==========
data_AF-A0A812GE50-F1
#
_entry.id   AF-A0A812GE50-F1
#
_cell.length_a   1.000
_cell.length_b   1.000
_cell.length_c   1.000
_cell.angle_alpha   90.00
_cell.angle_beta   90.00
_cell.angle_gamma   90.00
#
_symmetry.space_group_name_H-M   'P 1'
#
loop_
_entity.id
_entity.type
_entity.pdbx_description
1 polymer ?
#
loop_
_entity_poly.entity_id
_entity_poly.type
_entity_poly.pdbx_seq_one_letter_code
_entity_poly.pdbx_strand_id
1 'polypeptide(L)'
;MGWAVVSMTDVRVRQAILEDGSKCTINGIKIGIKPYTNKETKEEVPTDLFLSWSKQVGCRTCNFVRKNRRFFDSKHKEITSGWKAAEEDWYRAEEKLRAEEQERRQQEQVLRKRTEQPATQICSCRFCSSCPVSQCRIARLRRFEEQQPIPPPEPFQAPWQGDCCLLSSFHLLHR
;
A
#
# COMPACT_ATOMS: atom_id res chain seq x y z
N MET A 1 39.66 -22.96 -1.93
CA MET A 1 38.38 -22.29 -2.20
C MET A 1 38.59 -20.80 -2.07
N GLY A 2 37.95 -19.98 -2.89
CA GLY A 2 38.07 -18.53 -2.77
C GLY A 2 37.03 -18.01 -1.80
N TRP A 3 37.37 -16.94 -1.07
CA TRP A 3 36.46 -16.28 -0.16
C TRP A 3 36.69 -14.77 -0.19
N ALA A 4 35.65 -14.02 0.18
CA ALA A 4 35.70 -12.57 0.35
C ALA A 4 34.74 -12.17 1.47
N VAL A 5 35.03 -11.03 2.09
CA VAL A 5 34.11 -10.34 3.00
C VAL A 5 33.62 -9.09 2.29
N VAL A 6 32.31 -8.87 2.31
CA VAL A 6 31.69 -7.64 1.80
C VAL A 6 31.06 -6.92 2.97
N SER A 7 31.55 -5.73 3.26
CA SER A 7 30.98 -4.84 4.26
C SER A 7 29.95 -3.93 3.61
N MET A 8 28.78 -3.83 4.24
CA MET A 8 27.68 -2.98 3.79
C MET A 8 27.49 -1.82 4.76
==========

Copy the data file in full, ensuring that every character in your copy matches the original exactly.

data_AF-A0A812GE50-F1
#
_entry.id   AF-A0A812GE50-F1
#
_cell.length_a   1.000
_cell.length_b   1.000
_cell.length_c   1.000
_cell.angle_alpha   90.00
_cell.angle_beta   90.00
_cell.angle_gamma   90.00
#
_symmetry.space_group_name_H-M   'P 1'
#
loop_
_entity.id
_entity.type
_entity.pdbx_description
1 polymer ?
#
loop_
_entity_poly.entity_id
_entity_poly.type
_entity_poly.pdbx_seq_one_letter_code
_entity_poly.pdbx_strand_id
1 'polypeptide(L)'
;MGWAVVSMTDVRVRQAILEDGSKCTINGIKIGIKPYTNKETKEEVPTDLFLSWSKQVGCRTCNFVRKNRRFFDSKHKEITSGWKAAEEDWYRAEEKLRAEEQERRQQEQVLRKRTEQPATQICSCRFCSSCPVSQCRIARLRRFEEQQPIPPPEPFQAPWQGDCCLLSSFHLLHR
;
A
#
# COMPACT_ATOMS: atom_id res chain seq x y z
N MET A 1 39.66 -22.96 -1.93
CA MET A 1 38.38 -22.29 -2.20
C MET A 1 38.59 -20.80 -2.07
N GLY A 2 37.95 -19.98 -2.89
CA GLY A 2 38.07 -18.53 -2.77
C GLY A 2 37.03 -18.01 -1.80
N TRP A 3 37.37 -16.94 -1.07
CA TRP A 3 36.46 -16.28 -0.16
C TRP A 3 36.69 -14.77 -0.19
N ALA A 4 35.65 -14.02 0.18
CA ALA A 4 35.70 -12.57 0.35
C ALA A 4 34.74 -12.17 1.47
N VAL A 5 35.03 -11.03 2.09
CA VAL A 5 34.11 -10.34 3.00
C VAL A 5 33.62 -9.09 2.29
N VAL A 6 32.31 -8.87 2.31
CA VAL A 6 31.69 -7.64 1.80
C VAL A 6 31.06 -6.92 2.97
N SER A 7 31.55 -5.73 3.26
CA SER A 7 30.98 -4.84 4.26
C SER A 7 29.95 -3.93 3.61
N MET A 8 28.78 -3.83 4.24
CA MET A 8 27.68 -2.98 3.79
C MET A 8 27.49 -1.82 4.76